The element of authority combined with danger can isolate the policeman.  Authority can cause the citizens that the officer must protect, to see him as an outsider to their community.  As a result, the policeman feels isolated because he or she must wear that hat of authority 24 hours a day, seven days a week.  An example of this would be traffic enforcement.  Most people have experienced a situation where they have been reprimanded by a police officer, this can cause a civilian to stereotype officers, which, can fuel the isolation of the police from the community.  The feeling of isolation from the community will also create solidarity amongst the police and their co-workers.  This is what Skolnick feels contributes to the idea of a culture created by officers, which demands they cover each other on the streets and perhaps even during an internal investigation (Skolnick, 2000).

            Deception is considered by the police to be acceptable in many aspects of their job.  A cop learns to back up the stories colleagues tell to superiors and investigators; in turn he is confidant colleagues will back him up (Skolnick, 2000).  This is sometimes referred to the "blue wall of silence."  A police officer may find himself stuck between the "blue wall of silence” and the need to notify his or her superiors of any police misconduct.  An officer does not want to tell on another officer and be labeled a "rat".  This label can follow an officer for the length of his/her career if he or she would choose to reveal information about a co-worker and their misconduct.  Skolnick states that the blue wall of silence can cover-up and possibly encourage violations of civil rights, and small less extreme incidents of violence and abuse.  These actions may only be uncovered if there is pressure from an internal investigation or the threat of prosecution (Skolnick, 2000).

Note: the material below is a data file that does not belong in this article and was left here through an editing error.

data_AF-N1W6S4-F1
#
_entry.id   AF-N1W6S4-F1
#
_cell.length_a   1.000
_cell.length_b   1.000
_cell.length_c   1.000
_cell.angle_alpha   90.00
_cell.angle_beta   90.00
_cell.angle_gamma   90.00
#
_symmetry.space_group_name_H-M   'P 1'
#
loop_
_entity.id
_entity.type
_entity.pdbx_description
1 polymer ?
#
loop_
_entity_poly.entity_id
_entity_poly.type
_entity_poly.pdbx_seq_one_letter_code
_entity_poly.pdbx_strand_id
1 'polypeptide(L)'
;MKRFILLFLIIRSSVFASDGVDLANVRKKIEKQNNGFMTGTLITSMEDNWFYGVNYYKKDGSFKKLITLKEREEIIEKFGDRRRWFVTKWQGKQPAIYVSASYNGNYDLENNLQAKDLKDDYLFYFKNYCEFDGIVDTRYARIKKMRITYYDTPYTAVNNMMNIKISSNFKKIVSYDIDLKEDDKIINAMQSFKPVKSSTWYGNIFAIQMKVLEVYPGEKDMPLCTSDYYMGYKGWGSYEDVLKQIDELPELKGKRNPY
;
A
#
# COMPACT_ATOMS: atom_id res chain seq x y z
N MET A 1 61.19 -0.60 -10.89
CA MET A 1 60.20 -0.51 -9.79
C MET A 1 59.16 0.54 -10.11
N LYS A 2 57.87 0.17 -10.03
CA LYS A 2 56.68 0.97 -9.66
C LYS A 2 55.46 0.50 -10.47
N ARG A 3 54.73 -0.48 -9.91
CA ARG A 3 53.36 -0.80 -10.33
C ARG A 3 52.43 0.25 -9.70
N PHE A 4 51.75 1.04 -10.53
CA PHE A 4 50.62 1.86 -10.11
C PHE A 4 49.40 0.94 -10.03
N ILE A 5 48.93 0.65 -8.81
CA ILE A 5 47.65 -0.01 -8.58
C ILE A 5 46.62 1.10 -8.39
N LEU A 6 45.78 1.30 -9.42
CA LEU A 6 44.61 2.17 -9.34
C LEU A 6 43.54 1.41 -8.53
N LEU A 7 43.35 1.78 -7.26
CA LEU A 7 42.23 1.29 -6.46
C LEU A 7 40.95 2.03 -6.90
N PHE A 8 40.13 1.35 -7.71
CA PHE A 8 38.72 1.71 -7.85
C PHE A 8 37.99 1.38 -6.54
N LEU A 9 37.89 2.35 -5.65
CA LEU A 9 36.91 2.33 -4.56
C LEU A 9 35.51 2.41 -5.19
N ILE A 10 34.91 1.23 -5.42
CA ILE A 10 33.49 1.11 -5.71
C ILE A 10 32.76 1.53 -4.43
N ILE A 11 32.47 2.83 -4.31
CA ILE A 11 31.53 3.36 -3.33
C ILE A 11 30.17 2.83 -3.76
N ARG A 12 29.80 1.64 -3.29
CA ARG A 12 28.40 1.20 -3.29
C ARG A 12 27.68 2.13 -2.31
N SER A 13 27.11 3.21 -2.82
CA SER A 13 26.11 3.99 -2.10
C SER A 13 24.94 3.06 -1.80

Police use deception daily through their work.  They view it as a natural tool to help catch the bad guys.  Skolnick stated, "the law often, but not always, supports police deception" (Skolnick, 1997).  The court system and the police subculture permits and sometimes demands deception used in the investigative and daily activities of police work.  However, the police rarely allow for the deception of fellow officers.  A police officer may pose as a drug dealer in the course of their work in order to catch the criminal.  This deception is supported and upheld by the court.  Skolnick argues that “courtroom lying is justified within the police culture by the same sort of necessity rationale that courts have permitted police to employ at the investigative stage: “The end justifies the means”.  In other words, the police may lie in order to get the truth.  Skolnick claims that police freely admit to deceiving suspects and defendants.  However, the police do not admit to perjury (Skolnick, 1975).    The policeman lies because lying becomes a routine way of managing legal impediments - whether to protect fellow officers or to compensate for what he views as limitations the courts have placed on his capacity to deal with criminals (Skolnick, 1997).    The officer may feel he needs to lie because the system favors the criminal.

            Jerome Skolnick has used his theory throughout the last thirty years to explain the behavior and practices of the police.  Although his theory has not changed drastically, neither have the events for which he has expressed his opinions.  The constant is deception used within a police department, whether it is during an investigation, a cover-up, or during court testimony.  It creates a culture that becomes unique to the police.  Skolnick originally spoke of the police brutality and reforms created from the 1960's stemming from the civil rights movement.  He later and more publicly examined the Los Angeles Police Department in the beating of Rodney King.  The deception that was undeniably used in the OJ Simpson trial was seen with the testimony of Detective Mark Fuhrman.  Most recently, he published articles addressing New York City Police Department's 70th Precinct cover up, when they saw Abner Louima assaulted by Police Officer Justin Volpe.   Skolnick also addressed the problems in the New York City Police Department when 41 bullets were used to stop a suspect, Amadou Diallo (Skolnick, 2000).